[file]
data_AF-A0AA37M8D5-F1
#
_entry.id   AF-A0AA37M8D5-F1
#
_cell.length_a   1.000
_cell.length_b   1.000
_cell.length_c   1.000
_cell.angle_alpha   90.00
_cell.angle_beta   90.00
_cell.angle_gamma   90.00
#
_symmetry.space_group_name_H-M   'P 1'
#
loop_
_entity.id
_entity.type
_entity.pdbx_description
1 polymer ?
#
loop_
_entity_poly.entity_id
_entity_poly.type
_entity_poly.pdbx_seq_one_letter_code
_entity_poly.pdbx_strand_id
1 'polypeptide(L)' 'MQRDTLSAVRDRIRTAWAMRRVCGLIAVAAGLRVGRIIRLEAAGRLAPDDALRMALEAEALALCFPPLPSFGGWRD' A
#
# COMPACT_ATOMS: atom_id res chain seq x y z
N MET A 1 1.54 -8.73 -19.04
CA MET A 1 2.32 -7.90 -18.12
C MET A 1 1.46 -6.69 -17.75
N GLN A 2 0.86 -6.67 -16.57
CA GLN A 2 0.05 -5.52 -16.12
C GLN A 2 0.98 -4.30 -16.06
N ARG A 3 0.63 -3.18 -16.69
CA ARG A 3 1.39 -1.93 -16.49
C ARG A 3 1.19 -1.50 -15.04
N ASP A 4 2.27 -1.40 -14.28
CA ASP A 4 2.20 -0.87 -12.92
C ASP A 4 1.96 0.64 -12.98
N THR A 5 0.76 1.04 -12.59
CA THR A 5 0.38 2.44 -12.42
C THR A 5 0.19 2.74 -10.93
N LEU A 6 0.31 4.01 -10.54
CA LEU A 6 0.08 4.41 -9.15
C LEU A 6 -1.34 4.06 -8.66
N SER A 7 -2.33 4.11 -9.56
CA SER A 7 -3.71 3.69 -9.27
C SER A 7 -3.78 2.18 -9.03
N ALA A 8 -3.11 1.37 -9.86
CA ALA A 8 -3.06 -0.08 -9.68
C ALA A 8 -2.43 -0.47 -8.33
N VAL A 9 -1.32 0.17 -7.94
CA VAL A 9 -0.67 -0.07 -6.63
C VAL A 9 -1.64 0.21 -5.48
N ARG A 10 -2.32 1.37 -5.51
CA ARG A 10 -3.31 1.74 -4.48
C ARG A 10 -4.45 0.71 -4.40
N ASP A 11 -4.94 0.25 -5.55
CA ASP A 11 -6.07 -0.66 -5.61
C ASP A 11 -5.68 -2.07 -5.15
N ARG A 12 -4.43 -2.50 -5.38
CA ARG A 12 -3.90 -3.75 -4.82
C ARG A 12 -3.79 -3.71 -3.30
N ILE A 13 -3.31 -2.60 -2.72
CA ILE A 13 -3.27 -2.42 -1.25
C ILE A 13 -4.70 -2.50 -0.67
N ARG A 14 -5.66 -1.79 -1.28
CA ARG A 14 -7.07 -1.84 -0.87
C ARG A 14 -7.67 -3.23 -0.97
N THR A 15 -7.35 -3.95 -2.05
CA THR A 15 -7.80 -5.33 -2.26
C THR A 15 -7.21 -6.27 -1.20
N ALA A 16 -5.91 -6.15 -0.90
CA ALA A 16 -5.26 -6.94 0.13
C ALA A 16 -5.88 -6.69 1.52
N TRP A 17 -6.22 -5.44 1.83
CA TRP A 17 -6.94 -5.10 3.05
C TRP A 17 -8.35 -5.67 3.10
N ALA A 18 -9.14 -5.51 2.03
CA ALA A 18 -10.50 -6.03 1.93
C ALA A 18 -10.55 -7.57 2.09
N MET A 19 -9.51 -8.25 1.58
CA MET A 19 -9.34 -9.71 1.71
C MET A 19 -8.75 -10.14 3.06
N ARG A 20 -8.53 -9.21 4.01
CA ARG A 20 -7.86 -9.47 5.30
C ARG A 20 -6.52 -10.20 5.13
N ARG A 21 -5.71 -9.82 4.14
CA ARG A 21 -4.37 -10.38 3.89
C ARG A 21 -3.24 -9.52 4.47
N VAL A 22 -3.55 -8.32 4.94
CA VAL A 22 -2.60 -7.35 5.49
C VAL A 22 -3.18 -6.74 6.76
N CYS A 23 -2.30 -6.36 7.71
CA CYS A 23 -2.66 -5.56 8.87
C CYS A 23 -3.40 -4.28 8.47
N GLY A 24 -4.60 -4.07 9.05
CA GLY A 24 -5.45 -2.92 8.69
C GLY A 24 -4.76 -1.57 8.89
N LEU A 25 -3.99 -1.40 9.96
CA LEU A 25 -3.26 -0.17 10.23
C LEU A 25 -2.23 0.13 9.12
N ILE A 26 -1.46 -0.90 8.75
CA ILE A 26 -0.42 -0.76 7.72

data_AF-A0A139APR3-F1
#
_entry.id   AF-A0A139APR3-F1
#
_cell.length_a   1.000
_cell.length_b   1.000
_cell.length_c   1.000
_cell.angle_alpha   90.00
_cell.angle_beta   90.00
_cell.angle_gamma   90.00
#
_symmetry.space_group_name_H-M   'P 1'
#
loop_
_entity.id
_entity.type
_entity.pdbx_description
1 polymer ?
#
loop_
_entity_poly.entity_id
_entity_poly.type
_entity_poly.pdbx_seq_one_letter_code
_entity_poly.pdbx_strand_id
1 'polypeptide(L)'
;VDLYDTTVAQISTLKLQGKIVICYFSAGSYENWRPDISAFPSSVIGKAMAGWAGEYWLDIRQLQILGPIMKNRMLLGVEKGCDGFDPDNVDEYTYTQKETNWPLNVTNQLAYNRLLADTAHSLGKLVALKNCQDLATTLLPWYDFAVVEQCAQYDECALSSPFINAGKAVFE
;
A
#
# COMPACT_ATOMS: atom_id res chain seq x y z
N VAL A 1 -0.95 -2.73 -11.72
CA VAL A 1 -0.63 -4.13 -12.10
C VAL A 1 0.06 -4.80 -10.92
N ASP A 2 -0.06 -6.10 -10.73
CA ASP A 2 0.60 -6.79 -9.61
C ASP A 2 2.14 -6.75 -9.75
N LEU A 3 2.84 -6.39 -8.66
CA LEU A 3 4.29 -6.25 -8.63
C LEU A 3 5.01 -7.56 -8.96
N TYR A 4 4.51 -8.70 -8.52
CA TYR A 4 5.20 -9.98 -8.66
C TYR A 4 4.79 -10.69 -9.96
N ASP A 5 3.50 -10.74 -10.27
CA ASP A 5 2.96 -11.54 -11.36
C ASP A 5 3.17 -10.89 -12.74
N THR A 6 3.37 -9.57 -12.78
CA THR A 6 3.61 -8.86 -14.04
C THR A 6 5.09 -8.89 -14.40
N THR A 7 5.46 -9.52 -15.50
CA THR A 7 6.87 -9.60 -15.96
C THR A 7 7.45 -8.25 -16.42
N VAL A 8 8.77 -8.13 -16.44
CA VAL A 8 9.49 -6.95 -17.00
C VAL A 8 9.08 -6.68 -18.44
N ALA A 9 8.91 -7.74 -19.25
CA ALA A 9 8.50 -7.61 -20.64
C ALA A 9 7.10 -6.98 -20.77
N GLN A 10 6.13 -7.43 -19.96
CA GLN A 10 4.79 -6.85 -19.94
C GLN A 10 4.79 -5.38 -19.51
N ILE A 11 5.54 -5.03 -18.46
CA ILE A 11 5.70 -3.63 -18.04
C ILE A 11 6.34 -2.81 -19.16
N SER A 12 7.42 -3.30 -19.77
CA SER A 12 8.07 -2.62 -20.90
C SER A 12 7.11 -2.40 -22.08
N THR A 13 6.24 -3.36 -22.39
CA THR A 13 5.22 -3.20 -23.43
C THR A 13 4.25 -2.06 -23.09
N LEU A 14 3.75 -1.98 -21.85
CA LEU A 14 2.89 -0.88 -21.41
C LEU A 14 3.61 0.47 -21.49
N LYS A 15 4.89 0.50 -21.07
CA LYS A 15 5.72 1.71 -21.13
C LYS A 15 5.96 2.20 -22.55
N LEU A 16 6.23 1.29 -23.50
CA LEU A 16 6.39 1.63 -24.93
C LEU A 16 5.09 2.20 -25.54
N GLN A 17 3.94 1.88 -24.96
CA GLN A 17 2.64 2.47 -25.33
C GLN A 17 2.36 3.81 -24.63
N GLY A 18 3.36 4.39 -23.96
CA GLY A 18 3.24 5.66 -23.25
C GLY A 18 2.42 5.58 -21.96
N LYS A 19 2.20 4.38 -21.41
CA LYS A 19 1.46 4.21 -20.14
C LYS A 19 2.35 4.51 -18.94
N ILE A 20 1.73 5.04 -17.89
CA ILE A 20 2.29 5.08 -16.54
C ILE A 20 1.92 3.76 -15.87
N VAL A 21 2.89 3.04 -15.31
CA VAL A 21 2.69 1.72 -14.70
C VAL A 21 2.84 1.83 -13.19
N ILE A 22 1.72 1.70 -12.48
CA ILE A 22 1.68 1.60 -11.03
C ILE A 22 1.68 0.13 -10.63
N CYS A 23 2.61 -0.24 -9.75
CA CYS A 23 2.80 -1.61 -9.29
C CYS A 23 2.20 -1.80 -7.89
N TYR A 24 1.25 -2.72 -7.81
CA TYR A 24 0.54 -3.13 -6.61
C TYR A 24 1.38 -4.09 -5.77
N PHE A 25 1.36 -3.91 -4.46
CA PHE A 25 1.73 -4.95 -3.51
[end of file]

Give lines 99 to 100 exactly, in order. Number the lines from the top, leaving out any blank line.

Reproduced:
C GLY A 24 -4.76 -1.57 8.89
N LEU A 25 -3.99 -1.40 9.96